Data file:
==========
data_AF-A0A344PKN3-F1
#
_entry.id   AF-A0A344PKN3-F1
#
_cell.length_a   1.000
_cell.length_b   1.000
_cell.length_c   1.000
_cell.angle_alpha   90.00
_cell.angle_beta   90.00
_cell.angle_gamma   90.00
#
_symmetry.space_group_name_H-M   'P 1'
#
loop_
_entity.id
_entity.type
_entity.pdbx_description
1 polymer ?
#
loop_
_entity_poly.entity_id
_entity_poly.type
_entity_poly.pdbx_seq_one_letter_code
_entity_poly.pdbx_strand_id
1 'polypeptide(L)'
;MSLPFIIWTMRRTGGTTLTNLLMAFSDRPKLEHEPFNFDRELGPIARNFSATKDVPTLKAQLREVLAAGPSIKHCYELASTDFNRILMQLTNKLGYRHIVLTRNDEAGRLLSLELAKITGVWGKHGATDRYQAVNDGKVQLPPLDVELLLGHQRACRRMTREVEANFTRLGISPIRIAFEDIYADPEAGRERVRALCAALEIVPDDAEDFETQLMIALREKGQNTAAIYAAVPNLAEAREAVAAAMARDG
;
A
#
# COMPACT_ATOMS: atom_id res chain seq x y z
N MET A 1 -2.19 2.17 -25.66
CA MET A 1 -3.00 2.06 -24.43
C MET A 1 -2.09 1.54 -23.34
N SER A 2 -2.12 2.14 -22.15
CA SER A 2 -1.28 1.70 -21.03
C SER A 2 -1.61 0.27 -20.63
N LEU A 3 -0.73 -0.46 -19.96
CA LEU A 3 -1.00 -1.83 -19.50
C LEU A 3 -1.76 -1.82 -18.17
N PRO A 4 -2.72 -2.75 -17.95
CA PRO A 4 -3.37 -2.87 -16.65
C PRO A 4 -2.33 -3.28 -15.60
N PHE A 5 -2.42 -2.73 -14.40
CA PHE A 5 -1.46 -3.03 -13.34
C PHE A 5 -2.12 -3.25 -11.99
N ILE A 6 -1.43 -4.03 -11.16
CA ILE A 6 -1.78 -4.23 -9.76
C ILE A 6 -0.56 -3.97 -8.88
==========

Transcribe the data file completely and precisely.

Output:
data_AF-A0A344PKN3-F1
#
_entry.id   AF-A0A344PKN3-F1
#
_cell.length_a   1.000
_cell.length_b   1.000
_cell.length_c   1.000
_cell.angle_alpha   90.00
_cell.angle_beta   90.00
_cell.angle_gamma   90.00
#
_symmetry.space_group_name_H-M   'P 1'
#
loop_
_entity.id
_entity.type
_entity.pdbx_description
1 polymer ?
#
loop_
_entity_poly.entity_id
_entity_poly.type
_entity_poly.pdbx_seq_one_letter_code
_entity_poly.pdbx_strand_id
1 'polypeptide(L)'
;MSLPFIIWTMRRTGGTTLTNLLMAFSDRPKLEHEPFNFDRELGPIARNFSATKDVPTLKAQLREVLAAGPSIKHCYELASTDFNRILMQLTNKLGYRHIVLTRNDEAGRLLSLELAKITGVWGKHGATDRYQAVNDGKVQLPPLDVELLLGHQRACRRMTREVEANFTRLGISPIRIAFEDIYADPEAGRERVRALCAALEIVPDDAEDFETQLMIALREKGQNTAAIYAAVPNLAEAREAVAAAMARDG
;
A
#
# COMPACT_ATOMS: atom_id res chain seq x y z
N MET A 1 -2.19 2.17 -25.66
CA MET A 1 -3.00 2.06 -24.43
C MET A 1 -2.09 1.54 -23.34
N SER A 2 -2.12 2.14 -22.15
CA SER A 2 -1.28 1.70 -21.03
C SER A 2 -1.61 0.27 -20.63
N LEU A 3 -0.73 -0.46 -19.96
CA LEU A 3 -1.00 -1.83 -19.50
C LEU A 3 -1.76 -1.82 -18.17
N PRO A 4 -2.72 -2.75 -17.95
CA PRO A 4 -3.37 -2.87 -16.65
C PRO A 4 -2.33 -3.28 -15.60
N PHE A 5 -2.42 -2.73 -14.40
CA PHE A 5 -1.46 -3.03 -13.34
C PHE A 5 -2.12 -3.25 -11.99
N ILE A 6 -1.43 -4.03 -11.16
CA ILE A 6 -1.78 -4.23 -9.76
C ILE A 6 -0.56 -3.97 -8.88